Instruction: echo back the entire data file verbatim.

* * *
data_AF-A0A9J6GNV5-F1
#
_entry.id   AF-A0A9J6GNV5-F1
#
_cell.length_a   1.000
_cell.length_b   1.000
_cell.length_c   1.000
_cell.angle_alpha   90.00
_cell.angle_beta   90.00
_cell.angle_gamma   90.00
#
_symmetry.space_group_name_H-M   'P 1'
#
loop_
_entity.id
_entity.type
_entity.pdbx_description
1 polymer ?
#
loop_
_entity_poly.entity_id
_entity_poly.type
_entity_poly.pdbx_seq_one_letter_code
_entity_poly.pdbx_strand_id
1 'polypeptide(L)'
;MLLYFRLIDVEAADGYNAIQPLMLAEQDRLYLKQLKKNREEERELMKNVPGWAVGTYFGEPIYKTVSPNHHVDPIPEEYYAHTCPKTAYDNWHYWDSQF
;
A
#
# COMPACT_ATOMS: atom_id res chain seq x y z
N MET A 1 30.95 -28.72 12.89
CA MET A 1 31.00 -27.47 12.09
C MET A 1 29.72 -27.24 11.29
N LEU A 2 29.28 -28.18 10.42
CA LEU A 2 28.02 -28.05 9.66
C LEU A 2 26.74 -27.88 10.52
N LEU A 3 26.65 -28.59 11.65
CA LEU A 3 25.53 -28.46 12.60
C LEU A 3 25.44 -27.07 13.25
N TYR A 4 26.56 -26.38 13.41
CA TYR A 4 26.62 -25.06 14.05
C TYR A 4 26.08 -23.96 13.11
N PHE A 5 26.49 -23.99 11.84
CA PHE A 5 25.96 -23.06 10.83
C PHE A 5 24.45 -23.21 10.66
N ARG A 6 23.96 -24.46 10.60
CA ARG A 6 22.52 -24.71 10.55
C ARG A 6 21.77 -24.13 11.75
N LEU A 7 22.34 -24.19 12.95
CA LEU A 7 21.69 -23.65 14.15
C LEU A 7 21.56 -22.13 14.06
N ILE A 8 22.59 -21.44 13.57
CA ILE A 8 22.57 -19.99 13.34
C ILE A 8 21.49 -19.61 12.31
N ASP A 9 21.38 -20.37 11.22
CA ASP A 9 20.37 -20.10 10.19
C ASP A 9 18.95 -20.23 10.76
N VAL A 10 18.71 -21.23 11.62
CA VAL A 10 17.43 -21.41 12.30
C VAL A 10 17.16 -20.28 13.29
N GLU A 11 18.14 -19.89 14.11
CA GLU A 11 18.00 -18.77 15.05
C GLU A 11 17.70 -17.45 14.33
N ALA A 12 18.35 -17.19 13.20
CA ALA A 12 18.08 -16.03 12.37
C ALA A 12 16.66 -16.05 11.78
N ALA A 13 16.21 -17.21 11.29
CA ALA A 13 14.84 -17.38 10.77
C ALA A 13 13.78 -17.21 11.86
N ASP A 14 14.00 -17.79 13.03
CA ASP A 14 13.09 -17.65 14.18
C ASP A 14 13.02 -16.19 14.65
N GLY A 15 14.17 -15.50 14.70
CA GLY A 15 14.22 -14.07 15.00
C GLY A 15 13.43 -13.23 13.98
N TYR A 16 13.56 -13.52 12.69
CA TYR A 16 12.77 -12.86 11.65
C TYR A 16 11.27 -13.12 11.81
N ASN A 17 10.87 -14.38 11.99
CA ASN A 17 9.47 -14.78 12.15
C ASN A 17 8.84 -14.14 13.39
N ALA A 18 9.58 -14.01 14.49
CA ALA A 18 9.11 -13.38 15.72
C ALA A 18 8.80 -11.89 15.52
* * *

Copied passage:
data_AF-A0A9J6GNV5-F1
#
_entry.id   AF-A0A9J6GNV5-F1
#
_cell.length_a   1.000
_cell.length_b   1.000
_cell.length_c   1.000
_cell.angle_alpha   90.00
_cell.angle_beta   90.00
_cell.angle_gamma   90.00
#
_symmetry.space_group_name_H-M   'P 1'
#
loop_
_entity.id
_entity.type
_entity.pdbx_description
1 polymer ?
#
loop_
_entity_poly.entity_id
_entity_poly.type
_entity_poly.pdbx_seq_one_letter_code
_entity_poly.pdbx_strand_id
1 'polypeptide(L)'
;MLLYFRLIDVEAADGYNAIQPLMLAEQDRLYLKQLKKNREEERELMKNVPGWAVGTYFGEPIYKTVSPNHHVDPIPEEYYAHTCPKTAYDNWHYWDSQF
;
A
#
# COMPACT_ATOMS: atom_id res chain seq x y z
N MET A 1 30.95 -28.72 12.89
CA MET A 1 31.00 -27.47 12.09
C MET A 1 29.72 -27.24 11.29
N LEU A 2 29.28 -28.18 10.42
CA LEU A 2 28.02 -28.05 9.66
C LEU A 2 26.74 -27.88 10.52
N LEU A 3 26.65 -28.59 11.65
CA LEU A 3 25.53 -28.46 12.60
C LEU A 3 25.44 -27.07 13.25
N TYR A 4 26.56 -26.38 13.41
CA TYR A 4 26.62 -25.06 14.05
C TYR A 4 26.08 -23.96 13.11
N PHE A 5 26.49 -23.99 11.84
CA PHE A 5 25.96 -23.06 10.83
C PHE A 5 24.45 -23.21 10.66
N ARG A 6 23.96 -24.46 10.60
CA ARG A 6 22.52 -24.71 10.55
C ARG A 6 21.77 -24.13 11.75
N LEU A 7 22.34 -24.19 12.95
CA LEU A 7 21.69 -23.65 14.15
C LEU A 7 21.56 -22.13 14.06
N ILE A 8 22.59 -21.44 13.57
CA ILE A 8 22.57 -19.99 13.34
C ILE A 8 21.49 -19.61 12.31
N ASP A 9 21.38 -20.37 11.22
CA ASP A 9 20.37 -20.10 10.19
C ASP A 9 18.95 -20.23 10.76
N VAL A 10 18.71 -21.23 11.62
CA VAL A 10 17.43 -21.41 12.30
C VAL A 10 17.16 -20.28 13.29
N GLU A 11 18.14 -19.89 14.11
CA GLU A 11 18.00 -18.77 15.05
C GLU A 11 17.70 -17.45 14.33
N ALA A 12 18.35 -17.19 13.20
CA ALA A 12 18.08 -16.03 12.37
C ALA A 12 16.66 -16.05 11.78
N ALA A 13 16.21 -17.21 11.29
CA ALA A 13 14.84 -17.38 10.77
C ALA A 13 13.78 -17.21 11.86
N ASP A 14 14.00 -17.79 13.03
CA ASP A 14 13.09 -17.65 14.18
C ASP A 14 13.02 -16.19 14.65
N GLY A 15 14.17 -15.50 14.70
CA GLY A 15 14.22 -14.07 15.00
C GLY A 15 13.43 -13.23 13.98
N TYR A 16 13.56 -13.52 12.69
CA TYR A 16 12.77 -12.86 11.65
C TYR A 16 11.27 -13.12 11.81
N ASN A 17 10.87 -14.38 11.99
CA ASN A 17 9.47 -14.78 12.15
C ASN A 17 8.84 -14.14 13.39
N ALA A 18 9.58 -14.01 14.49
CA ALA A 18 9.11 -13.38 15.72
C ALA A 18 8.80 -11.89 15.52